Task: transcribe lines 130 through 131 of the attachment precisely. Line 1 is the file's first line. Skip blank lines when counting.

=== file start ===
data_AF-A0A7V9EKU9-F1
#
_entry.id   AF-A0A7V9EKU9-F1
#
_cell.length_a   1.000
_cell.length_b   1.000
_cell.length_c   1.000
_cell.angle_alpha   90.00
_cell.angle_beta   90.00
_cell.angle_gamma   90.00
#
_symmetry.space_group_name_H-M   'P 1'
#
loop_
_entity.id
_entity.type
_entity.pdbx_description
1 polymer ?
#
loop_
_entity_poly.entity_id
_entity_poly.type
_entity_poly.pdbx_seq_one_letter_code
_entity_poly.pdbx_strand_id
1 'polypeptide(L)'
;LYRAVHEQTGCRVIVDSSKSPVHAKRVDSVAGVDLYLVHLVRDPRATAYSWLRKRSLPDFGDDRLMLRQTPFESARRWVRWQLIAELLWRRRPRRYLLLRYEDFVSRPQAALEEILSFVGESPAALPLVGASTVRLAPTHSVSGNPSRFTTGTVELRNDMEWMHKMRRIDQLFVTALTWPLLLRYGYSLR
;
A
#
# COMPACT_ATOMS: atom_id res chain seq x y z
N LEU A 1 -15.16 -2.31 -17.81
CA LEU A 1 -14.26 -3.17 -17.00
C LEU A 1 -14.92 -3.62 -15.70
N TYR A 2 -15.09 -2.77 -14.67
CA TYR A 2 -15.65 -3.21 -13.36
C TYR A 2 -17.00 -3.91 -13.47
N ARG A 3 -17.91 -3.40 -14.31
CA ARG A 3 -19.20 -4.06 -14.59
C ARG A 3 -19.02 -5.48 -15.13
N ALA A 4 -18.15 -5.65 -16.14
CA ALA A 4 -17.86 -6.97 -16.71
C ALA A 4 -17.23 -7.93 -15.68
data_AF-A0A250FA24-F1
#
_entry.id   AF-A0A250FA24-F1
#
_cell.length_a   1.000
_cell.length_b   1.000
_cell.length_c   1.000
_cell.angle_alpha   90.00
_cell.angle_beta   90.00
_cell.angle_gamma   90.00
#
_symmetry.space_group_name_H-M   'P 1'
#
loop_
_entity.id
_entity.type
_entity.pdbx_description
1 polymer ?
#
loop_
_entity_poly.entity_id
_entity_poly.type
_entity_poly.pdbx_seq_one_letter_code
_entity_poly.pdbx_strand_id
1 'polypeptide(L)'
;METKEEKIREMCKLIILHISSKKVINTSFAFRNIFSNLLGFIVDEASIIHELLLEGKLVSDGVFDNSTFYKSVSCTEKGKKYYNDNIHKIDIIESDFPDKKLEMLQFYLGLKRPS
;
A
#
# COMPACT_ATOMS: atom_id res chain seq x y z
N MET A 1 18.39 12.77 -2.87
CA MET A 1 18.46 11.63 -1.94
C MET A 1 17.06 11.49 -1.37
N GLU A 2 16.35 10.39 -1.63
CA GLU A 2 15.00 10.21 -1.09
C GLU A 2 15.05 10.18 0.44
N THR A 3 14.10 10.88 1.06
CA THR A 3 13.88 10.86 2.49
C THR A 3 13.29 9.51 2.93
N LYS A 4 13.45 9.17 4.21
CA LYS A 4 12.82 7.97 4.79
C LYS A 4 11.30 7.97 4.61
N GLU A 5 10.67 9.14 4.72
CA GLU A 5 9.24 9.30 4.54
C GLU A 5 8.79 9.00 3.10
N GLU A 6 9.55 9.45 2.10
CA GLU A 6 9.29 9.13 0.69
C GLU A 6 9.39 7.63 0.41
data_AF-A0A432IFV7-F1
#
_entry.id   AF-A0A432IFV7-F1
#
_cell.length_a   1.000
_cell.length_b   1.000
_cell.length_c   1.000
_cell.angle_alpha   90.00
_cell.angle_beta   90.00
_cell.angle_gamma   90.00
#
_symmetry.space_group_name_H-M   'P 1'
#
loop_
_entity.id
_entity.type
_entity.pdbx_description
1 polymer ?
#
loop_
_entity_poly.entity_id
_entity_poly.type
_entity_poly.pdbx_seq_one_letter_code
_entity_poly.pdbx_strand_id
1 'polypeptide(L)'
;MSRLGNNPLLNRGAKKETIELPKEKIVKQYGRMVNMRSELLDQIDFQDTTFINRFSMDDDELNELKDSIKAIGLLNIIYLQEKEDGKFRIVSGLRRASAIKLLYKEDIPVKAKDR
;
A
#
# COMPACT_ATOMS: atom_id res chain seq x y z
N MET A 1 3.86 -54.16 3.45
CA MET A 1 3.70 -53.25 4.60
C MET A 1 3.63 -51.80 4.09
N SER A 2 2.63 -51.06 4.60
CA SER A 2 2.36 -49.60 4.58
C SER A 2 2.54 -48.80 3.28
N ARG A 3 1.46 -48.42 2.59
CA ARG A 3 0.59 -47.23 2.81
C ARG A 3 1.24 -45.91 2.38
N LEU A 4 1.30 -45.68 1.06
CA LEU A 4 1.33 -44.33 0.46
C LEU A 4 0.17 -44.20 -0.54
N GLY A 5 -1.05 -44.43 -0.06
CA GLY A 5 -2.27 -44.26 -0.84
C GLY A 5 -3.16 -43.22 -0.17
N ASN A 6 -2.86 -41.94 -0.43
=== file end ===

N LEU A 4 1.30 -45.68 1.06
CA LEU A 4 1.33 -44.33 0.46